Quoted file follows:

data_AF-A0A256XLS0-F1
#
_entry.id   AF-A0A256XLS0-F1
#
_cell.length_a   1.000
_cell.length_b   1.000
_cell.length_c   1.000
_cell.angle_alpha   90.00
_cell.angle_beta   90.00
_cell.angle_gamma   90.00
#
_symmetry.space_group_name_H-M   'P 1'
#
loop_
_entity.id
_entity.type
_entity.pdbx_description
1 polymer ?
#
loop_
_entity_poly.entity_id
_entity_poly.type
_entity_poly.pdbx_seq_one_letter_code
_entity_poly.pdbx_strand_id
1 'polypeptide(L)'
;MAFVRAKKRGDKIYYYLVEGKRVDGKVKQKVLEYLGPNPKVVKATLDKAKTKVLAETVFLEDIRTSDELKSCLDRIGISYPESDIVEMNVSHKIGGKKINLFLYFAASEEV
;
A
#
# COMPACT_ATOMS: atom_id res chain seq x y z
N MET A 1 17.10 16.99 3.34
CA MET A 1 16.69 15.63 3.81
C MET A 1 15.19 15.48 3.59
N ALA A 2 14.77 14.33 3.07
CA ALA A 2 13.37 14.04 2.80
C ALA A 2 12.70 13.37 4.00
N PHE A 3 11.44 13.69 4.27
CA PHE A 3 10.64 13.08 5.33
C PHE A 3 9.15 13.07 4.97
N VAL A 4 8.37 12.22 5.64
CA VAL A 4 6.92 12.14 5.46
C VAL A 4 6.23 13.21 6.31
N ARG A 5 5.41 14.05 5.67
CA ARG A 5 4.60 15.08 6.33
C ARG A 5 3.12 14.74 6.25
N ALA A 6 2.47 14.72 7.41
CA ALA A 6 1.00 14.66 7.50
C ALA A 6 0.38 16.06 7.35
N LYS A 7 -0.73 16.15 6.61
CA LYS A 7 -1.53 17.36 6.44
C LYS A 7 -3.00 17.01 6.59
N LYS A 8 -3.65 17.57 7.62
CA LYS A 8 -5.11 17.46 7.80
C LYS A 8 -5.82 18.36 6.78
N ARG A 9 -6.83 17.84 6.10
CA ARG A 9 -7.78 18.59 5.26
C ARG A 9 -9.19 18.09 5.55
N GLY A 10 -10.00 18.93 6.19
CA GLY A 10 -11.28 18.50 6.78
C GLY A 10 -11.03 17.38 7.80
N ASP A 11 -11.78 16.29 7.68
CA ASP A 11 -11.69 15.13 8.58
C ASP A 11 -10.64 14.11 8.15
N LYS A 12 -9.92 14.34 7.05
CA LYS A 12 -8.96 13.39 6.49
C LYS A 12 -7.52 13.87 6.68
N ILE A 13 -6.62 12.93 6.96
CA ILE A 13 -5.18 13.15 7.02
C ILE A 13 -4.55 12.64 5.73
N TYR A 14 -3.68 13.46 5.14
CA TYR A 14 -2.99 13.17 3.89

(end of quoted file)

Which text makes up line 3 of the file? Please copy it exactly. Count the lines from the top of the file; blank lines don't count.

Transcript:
_entry.id   AF-A0A256XLS0-F1